Will EU policies on GM crops affect Africa?
This week a team of scientists from Spain and the UK published a paper on the EU’s paradoxical policies regarding genetic modification, arguing that the European Union’s often anti-GM stance will actually hurt the very issues it seems to care about most, such as sourcing food in a sustainable and environmentally-conscious matter and its own economic competitiveness. Perhaps most interestingly for readers of the B4FA web site, the authors also note that the EU’s current agricultural and regulatory policies impact the developing world.
The authors highlight the FAO’s statement that plants for food need to be more stress resistant and have higher potential yields – Europe’s population may not be growing very much, but developing countries that rely on agriculture as the backbone of their economies will continue to see dramatic population growth until 2050, from 1 billion increasing to 2 billion in Africa.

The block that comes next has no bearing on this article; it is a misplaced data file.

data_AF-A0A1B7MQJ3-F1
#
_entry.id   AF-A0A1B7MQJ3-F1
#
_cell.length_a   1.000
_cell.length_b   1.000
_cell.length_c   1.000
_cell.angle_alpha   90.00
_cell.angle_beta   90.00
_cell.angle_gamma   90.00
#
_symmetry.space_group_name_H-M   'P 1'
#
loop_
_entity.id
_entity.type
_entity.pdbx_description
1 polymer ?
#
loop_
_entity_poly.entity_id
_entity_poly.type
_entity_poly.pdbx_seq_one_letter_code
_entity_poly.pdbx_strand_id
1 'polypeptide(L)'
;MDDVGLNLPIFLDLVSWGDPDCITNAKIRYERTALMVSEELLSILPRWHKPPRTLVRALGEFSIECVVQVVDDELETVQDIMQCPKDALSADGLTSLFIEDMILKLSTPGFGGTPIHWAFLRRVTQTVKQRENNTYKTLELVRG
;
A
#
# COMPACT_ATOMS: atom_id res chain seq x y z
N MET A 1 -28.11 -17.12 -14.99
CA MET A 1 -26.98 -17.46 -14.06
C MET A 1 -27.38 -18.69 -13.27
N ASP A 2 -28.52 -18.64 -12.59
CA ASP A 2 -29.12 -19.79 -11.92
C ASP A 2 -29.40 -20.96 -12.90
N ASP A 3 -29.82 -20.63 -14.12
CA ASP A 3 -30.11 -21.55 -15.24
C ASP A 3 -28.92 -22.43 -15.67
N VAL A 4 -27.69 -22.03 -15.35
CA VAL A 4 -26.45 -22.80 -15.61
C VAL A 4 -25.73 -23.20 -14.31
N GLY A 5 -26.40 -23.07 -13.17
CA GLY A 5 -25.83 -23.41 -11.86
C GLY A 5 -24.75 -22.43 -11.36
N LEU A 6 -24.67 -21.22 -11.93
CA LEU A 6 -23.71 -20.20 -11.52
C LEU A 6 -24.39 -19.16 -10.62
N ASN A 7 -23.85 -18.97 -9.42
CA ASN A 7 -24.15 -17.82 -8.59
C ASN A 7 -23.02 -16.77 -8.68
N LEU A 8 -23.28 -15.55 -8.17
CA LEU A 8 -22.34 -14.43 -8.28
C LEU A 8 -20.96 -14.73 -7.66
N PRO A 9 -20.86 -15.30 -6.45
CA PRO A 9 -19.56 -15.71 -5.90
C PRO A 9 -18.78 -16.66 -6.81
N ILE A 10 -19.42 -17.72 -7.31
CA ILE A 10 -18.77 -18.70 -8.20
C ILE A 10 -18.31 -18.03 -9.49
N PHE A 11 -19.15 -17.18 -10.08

In fact, some developing countries have been hesitant to grow GM crops that have not yet been approved in Europe, out of concern that their products might not be able to be exported to the EU. This could of course have a significant impact on a smaller country’s economy if a key trading partner rejected their agricultural products.
The question that remains is whether African countries will be able to move forward at their own pace – choosing or not choosing GM crops – or will their trading and political relationships with Europe make this choice for them?
Science Omega’s Katy Edgington published an interview with the authors, “Genetic engineering policy needs modification” to give more insight into the issue.